Geoffrey: You can see a difference.

Damien: You can see a big difference. I’m the type of person who likes to work with real screenwriters who really appreciate the art and craft of it. Admittedly, I’ve shot some [scripts] that were not from proper screenwriters, but you live and learn. Amazingly now, it’s a global process; I’m here in London, you’re there in…where are you?


Geoffrey: I’m in Detroit. I’ve worked with people from all over the world, so I get it.


Damien: That’s the great thing, I can look across the globe to get scripts or work with people who have actor friends who write scripts. There’s a funny trait in actors who write scripts, because they’re usually not the best, not to knock actors who write, but there is a difference. Wesley Chambers, who I’m [currently working with on a film], his stuff comes across as [being from] a writer.


Geoffrey: That’s interesting that you say that. I have to sneak this in there because I think you’ll get a kick out of it. One, I’ve notices directors and producers in the UK love to work with Americans because your money is worth more, [so Americans will usually] work for a cheaper discounted rate. I’ve interviewed actors and they definitely have a different perspective on it, you can even look at table reads, where every actor thinks their part is the most important part of the script. You get notes where they’ll say there needs to be more of their character. You can obviously tell the difference between whether a director, writer, or actor is writing the script, which I’ve never considered before. But they would have different voices now that I think about it. What are you looking for in a script? If a script comes to you, what do you want to see?


Damien: Without a shadow of a doubt, I want to see a script knowing that [the writer] has a voice. There’s a lot of things out there that might be a bit generic or a bit much, but even if something is not particularly to my taste, I want to be excited by writers with a voice. I don’t want a script that is similar to something that came out last year that was a hit.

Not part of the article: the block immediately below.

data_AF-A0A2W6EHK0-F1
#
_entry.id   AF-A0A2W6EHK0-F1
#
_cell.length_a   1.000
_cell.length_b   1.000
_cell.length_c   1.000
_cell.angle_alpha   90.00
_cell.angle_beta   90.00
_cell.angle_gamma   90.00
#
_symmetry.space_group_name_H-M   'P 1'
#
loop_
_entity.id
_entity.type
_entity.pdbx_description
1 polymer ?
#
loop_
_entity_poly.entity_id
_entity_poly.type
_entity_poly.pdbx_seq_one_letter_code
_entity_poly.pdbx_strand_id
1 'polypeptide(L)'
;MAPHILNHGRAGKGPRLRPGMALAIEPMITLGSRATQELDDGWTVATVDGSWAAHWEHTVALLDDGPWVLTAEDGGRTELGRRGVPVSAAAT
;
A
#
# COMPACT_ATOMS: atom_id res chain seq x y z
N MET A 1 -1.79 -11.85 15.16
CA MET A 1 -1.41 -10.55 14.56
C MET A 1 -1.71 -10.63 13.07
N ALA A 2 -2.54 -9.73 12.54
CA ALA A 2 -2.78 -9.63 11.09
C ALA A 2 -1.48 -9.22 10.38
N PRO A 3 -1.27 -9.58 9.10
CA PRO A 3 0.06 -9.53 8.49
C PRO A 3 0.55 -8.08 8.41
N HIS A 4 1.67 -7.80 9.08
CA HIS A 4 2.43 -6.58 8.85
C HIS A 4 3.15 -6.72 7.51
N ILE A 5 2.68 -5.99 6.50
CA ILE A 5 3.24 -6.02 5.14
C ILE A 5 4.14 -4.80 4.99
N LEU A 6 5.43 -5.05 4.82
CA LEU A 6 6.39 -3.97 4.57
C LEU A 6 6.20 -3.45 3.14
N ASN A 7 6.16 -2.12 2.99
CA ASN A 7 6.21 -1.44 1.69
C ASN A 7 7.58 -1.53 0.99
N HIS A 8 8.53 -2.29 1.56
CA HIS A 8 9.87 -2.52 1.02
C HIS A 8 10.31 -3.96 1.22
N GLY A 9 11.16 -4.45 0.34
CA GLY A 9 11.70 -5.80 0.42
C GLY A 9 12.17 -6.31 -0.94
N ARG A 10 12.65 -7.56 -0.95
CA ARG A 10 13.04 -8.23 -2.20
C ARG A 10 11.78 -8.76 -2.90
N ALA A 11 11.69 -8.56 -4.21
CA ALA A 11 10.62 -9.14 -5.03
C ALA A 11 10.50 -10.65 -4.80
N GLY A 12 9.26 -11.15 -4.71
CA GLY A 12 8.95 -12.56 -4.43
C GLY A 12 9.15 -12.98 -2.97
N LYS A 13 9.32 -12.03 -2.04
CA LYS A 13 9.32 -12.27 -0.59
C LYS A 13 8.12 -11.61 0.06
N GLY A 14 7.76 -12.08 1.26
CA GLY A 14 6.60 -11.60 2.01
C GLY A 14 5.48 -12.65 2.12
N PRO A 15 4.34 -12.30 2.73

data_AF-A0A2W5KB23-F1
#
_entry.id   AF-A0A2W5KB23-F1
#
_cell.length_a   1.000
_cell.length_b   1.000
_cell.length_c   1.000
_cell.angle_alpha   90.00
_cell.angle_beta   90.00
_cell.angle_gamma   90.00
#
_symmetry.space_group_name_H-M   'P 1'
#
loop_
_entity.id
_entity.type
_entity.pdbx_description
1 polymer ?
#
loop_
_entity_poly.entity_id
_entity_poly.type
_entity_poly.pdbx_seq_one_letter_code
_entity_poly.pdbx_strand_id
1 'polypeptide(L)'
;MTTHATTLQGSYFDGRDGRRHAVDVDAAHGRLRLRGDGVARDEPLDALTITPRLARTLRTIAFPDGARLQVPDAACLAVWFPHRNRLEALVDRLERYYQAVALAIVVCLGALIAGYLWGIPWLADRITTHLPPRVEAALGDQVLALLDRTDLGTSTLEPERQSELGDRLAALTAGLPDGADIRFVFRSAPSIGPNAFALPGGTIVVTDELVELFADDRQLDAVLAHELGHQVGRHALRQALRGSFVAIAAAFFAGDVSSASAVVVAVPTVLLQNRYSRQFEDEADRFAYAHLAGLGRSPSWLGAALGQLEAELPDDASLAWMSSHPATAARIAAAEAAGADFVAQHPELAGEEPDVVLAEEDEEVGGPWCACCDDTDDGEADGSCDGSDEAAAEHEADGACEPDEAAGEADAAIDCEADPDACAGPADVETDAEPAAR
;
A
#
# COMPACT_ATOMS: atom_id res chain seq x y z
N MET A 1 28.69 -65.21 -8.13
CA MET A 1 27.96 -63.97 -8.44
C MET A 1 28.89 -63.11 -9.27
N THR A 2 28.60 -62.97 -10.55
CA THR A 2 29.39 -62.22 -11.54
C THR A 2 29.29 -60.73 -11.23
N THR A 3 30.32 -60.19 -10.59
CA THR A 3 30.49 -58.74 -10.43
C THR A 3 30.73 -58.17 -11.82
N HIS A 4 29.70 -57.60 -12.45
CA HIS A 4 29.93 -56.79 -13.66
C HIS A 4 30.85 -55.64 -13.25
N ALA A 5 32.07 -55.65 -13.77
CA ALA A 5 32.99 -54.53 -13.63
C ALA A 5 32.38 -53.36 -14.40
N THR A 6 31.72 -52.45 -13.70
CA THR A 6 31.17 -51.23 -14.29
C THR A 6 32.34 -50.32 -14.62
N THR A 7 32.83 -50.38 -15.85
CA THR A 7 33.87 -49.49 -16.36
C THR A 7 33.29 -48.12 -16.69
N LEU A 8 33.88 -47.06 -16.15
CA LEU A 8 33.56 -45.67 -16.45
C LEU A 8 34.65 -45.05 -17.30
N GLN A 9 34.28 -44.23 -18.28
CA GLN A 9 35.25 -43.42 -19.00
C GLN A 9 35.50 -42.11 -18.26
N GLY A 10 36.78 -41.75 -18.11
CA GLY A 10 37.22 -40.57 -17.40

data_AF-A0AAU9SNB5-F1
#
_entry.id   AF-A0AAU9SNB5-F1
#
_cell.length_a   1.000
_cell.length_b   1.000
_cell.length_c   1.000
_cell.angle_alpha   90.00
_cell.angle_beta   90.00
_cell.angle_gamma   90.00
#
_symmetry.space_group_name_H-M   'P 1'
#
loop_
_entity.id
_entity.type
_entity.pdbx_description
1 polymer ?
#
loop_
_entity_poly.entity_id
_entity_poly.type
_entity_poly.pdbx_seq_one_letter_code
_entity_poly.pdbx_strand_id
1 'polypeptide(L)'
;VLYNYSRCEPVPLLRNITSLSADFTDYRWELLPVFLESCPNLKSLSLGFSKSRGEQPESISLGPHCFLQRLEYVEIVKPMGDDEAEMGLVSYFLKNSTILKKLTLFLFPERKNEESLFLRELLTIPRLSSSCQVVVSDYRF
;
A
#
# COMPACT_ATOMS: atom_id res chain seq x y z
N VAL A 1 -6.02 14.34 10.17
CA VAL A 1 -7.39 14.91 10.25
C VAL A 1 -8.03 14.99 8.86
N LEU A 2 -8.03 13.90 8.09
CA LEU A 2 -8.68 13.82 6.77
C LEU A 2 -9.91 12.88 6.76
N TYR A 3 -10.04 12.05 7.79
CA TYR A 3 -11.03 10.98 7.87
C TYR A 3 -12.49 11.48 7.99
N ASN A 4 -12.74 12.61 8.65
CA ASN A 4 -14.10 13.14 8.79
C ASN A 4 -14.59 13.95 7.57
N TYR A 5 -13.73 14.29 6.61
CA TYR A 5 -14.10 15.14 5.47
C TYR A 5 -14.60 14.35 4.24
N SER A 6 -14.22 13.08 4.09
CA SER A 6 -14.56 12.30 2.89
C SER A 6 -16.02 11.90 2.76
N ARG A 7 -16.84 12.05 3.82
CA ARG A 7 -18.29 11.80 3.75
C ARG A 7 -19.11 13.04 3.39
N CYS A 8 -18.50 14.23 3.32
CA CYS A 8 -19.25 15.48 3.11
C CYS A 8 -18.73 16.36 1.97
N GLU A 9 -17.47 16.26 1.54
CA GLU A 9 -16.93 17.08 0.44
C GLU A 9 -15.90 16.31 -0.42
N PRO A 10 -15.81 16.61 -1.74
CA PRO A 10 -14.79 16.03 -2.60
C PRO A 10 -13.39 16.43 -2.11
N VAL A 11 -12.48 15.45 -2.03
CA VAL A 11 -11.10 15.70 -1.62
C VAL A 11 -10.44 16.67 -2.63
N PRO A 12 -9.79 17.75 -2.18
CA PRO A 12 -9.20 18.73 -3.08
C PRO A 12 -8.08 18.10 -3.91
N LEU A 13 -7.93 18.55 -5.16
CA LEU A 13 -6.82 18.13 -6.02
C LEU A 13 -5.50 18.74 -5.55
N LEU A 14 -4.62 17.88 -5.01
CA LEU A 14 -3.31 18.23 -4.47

Geoffrey: That’s a really good point, let’s talk about that.


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Geoffrey: We have to find our voice as a writer, which comes with time and development. You’ve done some writing, what kind of influences did you find that helped develop your voice as a writer/director/producer?


Damien: The world around me. Or do you mean more so specific writers that influenced me?


Geoffrey: For me, no one knows this, Christopher McQuarrie was a big influence on me. He’s still working today, he mostly does a lot of stuff with Tom Cruise, like Mission Impossible. I read his scripts while I was writing, and it was the first time I read a voice from a writer and noticed

that [my writing] sounded a bit like him. Then I started stealing and putting things in my toolbox, but not emulating. That’s the difference, it’s okay to steal a style or technique, but don’t emulate it to the point that you’re not original. What kind of influences have you found?


Damien: I know earlier I said writers are writers and DPs are DPs, but director/writers are slightly different. Richard Linklater is [a writer] whose voice I really like; Before Sunset, Before Sunrise, and Slackers; those types of dialogue driven [movies], along with the themes and questions they raise are very entertaining. [Themes of] relationships or growing into/out of a relationship.